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A DIY Guide to Reconditioning and Restoration of Your Toyota Prius Hybrid Battery

Breathe new life into your hybrid battery! Dive into the hows and whys of battery failures and discover the tools and tricks for successful DIY restoration.


The Rise of the Hybrid and Its Achilles' Heel (sort of)

Hybrid vehicles have taken the world by storm. Their eco-friendly nature and fuel efficiency make them an attractive choice for many. However, like all machines, they come with their own set of challenges. Central to these challenges is the hybrid battery - the heart of the vehicle. Over time, these batteries can degrade, leading to decreased performance and, eventually, failure.

Do not let this discourage you from owning a hybrid. Battery failure and replacement are very commonplace and more affordable now. 

Worst case scenario, you put a new battery in it and drive it for another 15 years. But if you want to know how to recondition your battery and have the time (a significant factor here), then look at these helpful points to determine if battery repair is right for you.  

Why Do Hybrid Batteries Fail?

The core reason for the hybrid battery decline is often related to individual modules within the battery pack. Each battery consists of multiple modules, and the health of each module is essential for optimal overall performance. Over time, factors like electrode degradation, crystalline formations, or electrolyte loss can increase internal resistance and reduce the module's efficiency.

All of these happen to your battery. If you are looking for something with less degradation over time, consider the Nexpower Lithium modules as a better replacement. 

DIY Reconditioning: What You Need to Know

If you're keen on reviving your battery, understanding the critical indicators of battery health is crucial:

Voltage Stability

A healthy module will have a voltage between 7.2V and 7.8V. A typical voltage drop should be within 0.2V to 0.3V during a load test. Anything beyond a 0.5V drop might indicate a weakening module.

Internal Resistance

Newer modules generally showcase an internal resistance between 2.5 to 4 mΩ (milliohms). As they age, this may climb up to 6 mΩ. However, if you see values exceeding 10 mΩ, you might look at a module past its prime.

Equipment and Tools

For a successful DIY restoration, reliable equipment is a must. Companies like Hybrid Automotive offer the 'Prolong' series of battery reconditioning tools tailored to hobbyists and professionals.

prolong pro module tester

It would help if you also had a DMM (Digital Multi Meter). I use a Fluke 88-V, a premium meter that ensures accuracy. 

But if you do not, you can most likely get by with a cheaper version, just don't be mad if your meter did not get you the results you needed. 

Testing and Recording

Consistent monitoring is critical. Use a multimeter to measure voltages and a specialized tool or battery analyzer to check internal resistance. Record these values, tracking the health of each module over time.

Prolong equipment can be reasonably priced, and the lightbulb discharger is an economical way to load test each module.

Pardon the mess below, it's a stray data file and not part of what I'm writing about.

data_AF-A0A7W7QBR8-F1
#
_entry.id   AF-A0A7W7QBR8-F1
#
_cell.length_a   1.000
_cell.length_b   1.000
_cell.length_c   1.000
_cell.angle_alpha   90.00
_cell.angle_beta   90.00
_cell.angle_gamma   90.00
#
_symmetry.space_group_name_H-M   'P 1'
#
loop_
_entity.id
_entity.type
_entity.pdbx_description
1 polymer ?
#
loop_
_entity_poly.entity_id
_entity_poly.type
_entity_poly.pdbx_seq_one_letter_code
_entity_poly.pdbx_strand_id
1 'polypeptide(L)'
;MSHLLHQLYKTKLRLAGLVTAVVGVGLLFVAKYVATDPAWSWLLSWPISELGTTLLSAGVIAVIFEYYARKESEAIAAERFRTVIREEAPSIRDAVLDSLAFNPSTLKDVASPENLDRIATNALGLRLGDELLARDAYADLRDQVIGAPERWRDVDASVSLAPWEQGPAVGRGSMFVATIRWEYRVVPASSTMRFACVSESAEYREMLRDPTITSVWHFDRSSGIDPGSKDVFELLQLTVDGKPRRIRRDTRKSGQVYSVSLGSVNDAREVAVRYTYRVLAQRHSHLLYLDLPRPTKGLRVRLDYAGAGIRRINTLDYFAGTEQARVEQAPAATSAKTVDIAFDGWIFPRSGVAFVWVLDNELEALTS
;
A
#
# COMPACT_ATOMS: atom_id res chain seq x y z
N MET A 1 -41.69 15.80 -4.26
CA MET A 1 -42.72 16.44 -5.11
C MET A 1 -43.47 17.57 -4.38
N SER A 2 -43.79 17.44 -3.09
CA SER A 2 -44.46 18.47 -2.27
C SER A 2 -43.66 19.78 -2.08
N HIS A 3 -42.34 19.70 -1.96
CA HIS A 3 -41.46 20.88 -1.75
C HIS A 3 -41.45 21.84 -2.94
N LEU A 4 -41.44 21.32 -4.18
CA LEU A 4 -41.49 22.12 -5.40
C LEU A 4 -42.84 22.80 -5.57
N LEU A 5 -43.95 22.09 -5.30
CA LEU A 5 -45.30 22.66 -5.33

Toyota Prius Prolong System Installed Charging

You will want to get a battery charger (plenty of good hobby chargers are available) to ensure the battery is fully charged before you start the load test. 

Knowing how to do this step is crucial in finding the weak link in your battery. So, a good setup is worth its weight in gold. 

When to Replace a Module

If, after reconditioning, a module consistently showcases high internal resistance, substantial voltage drop, or doesn't hold its charge well, it's time to consider a replacement. 

Again, voltage drops on prismatic modules should not exceed 0.2-0.3 volts. Anything more than that, and the battery modules are suspect. 

Toyota Prius rebuilding a traction battery

You will want to get a replacement module(s) close to the same internal resistance voltage and have a similar voltage drop to the rest of the pack. Having similar module(s) will help the pack stay in balance and perform equally, which is needed for best performance. 

A Helping Hand

Embarking on a DIY journey can be daunting, but you're not alone. Check out 'The Hybrid Guy' on YouTube for in-depth tutorials, tips, and guidance. This channel provides a treasure trove of information for hybrid enthusiasts.

I am also available online to help with any questions you may have if you decide to embark on this journey. It has been walked by many, so do not venture alone. I am here to help. 


Tending to a hybrid battery is a monumental task. Still, with the right tools, knowledge, and guidance, it's an achievable endeavor. By understanding the signs of degradation and employing effective reconditioning techniques, you can extend your hybrid battery's lifespan and enjoy more eco-friendly rides. Remember, every restoration journey is a step towards a greener future. 

Thank you for embarking on this journey with us. Together, let's continue exploring, discovering, and unlocking new horizons. Stay tuned for more captivating content to fuel your curiosity and inspire your imagination.

We appreciate your readership and look forward to you joining us on our next adventure. Until then, keep dreaming, reading, and coming back for more!

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Peter Neilson is an automotive consultant specializing in electric cars and hybrid battery technologies. He holds a Bachelor of Science in Automotive Service Technology from Weber State University. Peter can be reached on Linkedin and you can tweet him at The_hybrid_guy on Twitter. Find his page on Facebook at Certified Auto Consulting. Read more of Peter's stories at Toyota news coverage on Torque News. Search Toyota Prius Torque News for more in-depth Prius coverage from our reporter.